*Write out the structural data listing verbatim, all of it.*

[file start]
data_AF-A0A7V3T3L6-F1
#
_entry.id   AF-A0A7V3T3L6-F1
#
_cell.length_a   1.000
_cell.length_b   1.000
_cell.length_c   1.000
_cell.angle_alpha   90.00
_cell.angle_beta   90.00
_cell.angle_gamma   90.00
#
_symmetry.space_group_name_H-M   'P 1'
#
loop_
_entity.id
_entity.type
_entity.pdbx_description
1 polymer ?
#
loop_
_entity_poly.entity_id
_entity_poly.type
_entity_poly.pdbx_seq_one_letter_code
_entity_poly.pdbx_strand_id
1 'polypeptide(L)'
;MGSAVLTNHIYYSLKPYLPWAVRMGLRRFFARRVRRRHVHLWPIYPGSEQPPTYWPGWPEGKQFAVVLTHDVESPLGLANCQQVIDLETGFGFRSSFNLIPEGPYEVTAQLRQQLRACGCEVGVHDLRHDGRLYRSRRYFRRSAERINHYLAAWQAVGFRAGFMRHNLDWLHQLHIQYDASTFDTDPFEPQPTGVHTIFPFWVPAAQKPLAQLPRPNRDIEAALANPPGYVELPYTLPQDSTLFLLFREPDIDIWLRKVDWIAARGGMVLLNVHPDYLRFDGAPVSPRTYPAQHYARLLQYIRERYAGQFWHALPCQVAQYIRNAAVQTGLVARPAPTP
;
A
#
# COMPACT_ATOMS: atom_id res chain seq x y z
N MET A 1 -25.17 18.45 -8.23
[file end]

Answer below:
data_AF-A0A7V3T3L6-F1
#
_entry.id   AF-A0A7V3T3L6-F1
#
_cell.length_a   1.000
_cell.length_b   1.000
_cell.length_c   1.000
_cell.angle_alpha   90.00
_cell.angle_beta   90.00
_cell.angle_gamma   90.00
#
_symmetry.space_group_name_H-M   'P 1'
#
loop_
_entity.id
_entity.type
_entity.pdbx_description
1 polymer ?
#
loop_
_entity_poly.entity_id
_entity_poly.type
_entity_poly.pdbx_seq_one_letter_code
_entity_poly.pdbx_strand_id
1 'polypeptide(L)'
;MGSAVLTNHIYYSLKPYLPWAVRMGLRRFFARRVRRRHVHLWPIYPGSEQPPTYWPGWPEGKQFAVVLTHDVESPLGLANCQQVIDLETGFGFRSSFNLIPEGPYEVTAQLRQQLRACGCEVGVHDLRHDGRLYRSRRYFRRSAERINHYLAAWQAVGFRAGFMRHNLDWLHQLHIQYDASTFDTDPFEPQPTGVHTIFPFWVPAAQKPLAQLPRPNRDIEAALANPPGYVELPYTLPQDSTLFLLFREPDIDIWLRKVDWIAARGGMVLLNVHPDYLRFDGAPVSPRTYPAQHYARLLQYIRERYAGQFWHALPCQVAQYIRNAAVQTGLVARPAPTP
;
A
#
# COMPACT_ATOMS: atom_id res chain seq x y z
N MET A 1 -25.17 18.45 -8.23